to thermal runaway. It's the job of the bms to limit the temperature based on the
data sheet values, with a margin of safety. Ie: if the cell is rated at 65C, then
the bms must have a hard limit below this, say 60C. For whatever reason, the
cells should be disconnected from charge or load if that limit is exceeded. The
same applies to min and max cell voltage monitoring, which did appear to work,
judging by the number of batteries that were swapped out due to excessive
discharge...
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Old 11th Feb 2013, 19:06
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same applies to min and max cell voltage monitoring, which did appear to work, judging by the number of batteries that were swapped out due to excessive discharge
Excessive discharge, or "low voltage"? If cells were failing, wouldn't the lowered voltage show as what could be claimed as "discharge"? Wouldn't said low voltage be a "no dispatch"? Creating some real urgency?
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Old 11th Feb 2013, 19:26
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EEngr:
This might be more of a steady state phenomena. This APU is an AC device,
driven by a variable frequency drive (an three phase inverter). Although
there is some input filtering on such units, they do draw continuous ripple
current on top of the DC supply. And this ripple current will change in
magnitude and frequency as the APU starter accellerates.
I'm skeptical, in that the ripple current on the dc line will be directly
related to the inverter o/p frequency, which will be at most, in the low
Khz and more likely the low hundreds of Hz. The input filtering must provide
effective filtering for the pwm carrier, which would be typically in the low Khz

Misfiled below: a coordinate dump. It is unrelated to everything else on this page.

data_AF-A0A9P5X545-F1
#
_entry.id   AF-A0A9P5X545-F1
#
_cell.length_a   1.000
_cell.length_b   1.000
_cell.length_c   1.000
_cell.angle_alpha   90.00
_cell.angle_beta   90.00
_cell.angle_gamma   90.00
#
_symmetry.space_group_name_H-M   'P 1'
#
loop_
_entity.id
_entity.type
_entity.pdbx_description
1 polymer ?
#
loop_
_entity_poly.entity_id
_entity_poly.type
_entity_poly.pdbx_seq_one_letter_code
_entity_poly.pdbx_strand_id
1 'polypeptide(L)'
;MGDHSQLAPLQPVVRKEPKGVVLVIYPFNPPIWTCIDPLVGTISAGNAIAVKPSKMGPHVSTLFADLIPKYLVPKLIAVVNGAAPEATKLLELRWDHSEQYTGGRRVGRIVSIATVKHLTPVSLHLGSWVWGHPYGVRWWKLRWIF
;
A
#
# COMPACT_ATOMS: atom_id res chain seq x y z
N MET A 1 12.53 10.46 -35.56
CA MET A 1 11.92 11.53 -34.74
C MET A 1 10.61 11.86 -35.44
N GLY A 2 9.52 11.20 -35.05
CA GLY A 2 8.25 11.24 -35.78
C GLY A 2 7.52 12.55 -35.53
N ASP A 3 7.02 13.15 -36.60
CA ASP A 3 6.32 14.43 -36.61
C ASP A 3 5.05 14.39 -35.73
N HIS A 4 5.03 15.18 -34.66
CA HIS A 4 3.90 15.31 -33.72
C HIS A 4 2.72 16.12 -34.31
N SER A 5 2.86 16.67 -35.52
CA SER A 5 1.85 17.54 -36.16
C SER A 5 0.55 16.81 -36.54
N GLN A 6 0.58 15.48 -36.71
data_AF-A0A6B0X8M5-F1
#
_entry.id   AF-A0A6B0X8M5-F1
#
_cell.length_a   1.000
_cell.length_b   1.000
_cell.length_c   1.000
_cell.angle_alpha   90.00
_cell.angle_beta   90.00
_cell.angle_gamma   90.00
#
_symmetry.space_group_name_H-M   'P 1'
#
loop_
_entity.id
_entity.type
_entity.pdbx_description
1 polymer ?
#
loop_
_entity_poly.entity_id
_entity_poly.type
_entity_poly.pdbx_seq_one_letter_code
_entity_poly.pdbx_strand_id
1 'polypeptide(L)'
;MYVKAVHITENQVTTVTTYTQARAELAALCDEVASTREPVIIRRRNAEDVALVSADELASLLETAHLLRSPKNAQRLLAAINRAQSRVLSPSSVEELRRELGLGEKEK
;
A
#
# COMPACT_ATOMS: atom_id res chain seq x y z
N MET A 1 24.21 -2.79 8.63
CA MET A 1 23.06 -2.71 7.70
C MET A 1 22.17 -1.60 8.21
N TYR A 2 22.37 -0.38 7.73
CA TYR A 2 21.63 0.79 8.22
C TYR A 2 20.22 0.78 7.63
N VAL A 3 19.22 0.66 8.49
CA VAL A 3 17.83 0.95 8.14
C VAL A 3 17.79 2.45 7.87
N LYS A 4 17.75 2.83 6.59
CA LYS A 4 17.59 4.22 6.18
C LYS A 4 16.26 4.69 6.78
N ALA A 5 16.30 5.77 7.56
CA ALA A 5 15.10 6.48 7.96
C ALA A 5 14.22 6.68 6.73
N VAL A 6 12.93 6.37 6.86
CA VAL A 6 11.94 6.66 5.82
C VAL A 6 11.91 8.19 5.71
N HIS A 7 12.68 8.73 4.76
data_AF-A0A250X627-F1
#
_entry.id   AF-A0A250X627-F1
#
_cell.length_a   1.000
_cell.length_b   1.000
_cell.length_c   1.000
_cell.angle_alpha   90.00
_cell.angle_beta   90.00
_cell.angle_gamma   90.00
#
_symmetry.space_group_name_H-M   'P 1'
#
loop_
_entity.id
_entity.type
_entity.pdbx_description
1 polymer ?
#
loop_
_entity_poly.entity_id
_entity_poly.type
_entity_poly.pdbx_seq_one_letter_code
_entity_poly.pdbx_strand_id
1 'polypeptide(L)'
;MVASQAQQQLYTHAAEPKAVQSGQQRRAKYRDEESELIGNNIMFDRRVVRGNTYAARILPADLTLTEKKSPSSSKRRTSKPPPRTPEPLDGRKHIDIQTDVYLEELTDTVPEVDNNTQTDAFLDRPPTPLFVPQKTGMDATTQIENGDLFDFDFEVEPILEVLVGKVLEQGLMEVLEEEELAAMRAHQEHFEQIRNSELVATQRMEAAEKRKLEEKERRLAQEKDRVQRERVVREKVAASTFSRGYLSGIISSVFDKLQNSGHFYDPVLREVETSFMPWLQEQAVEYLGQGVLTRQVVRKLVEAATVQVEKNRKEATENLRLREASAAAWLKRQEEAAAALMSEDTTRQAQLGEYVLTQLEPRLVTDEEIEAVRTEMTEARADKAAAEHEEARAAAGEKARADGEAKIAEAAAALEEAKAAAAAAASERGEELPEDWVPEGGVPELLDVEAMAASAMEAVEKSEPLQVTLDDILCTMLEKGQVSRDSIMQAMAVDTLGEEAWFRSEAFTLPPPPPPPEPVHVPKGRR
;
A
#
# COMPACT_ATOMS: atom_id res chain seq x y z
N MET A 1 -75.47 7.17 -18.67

range anyway.

Would the battery have a problem dealing with ripple in the low Khz
range ?. Such ripple would be riding on the nominal dc and wouldn't cause
transients above battery unloaded voltage. You need inductance in the line
to produce significant transients above battery nominal voltage and a few feet
of wire would only produce nanosecond level transients. Insignificant..

Some capacitors are noted for having high internal losses (dissipation
factor for the EEs) and, as a result heat up (and sometimes explode )
when driven with a ripple current/frequency over their rating. Although
the total voltages don't exceed the insulation's capability, hot spots
can be generated.
Agreed, but caps for that sort of service are designed for low esr, have
specified ripple ratings and are designed to tolerate hf / fast rise edges.
I really doubt if the cells would be subjected to anything like that high a
frequency, since there would be considerable rf radiation to other systems
as a result...
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Old 11th Feb 2013, 19:58
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Lyman,
Doubt Mx inspected the actual battery to get the notice...
The Securaplane battery charger carries its own diagnostic tool and records appropriate data. I suspect chargers will be located nearby each of the suspect battery packs, and according to the maker, the earlier BC-1300 series supplies the following:-

Charger faults - Fan speed, CPU Temperature, Voltage, Current, Power, Stored fault history.
Battery faults - Abnormal temperature, Temperature sensor circuit, Cell unbalance sensor unit.
LED display - Eight-character alpha-numeric.
Diagnostics - Self test, Output voltage, Output current, Operating hours, Temperatures, Power.
Time - Date, Software revision.
Charge mode - Bulk charge mode, Topping charge mode, Trickle charge mode.

The likelihood of their flagship B787 charger providing less data than above would IMHO be highly unlikely.

Supposing that the JTSB and NTSB examined the charger records straight up and found nothing untoward except the battery fail event, then it would be reasonable for them to dissect battery cells in order to deduce a reason for that failure.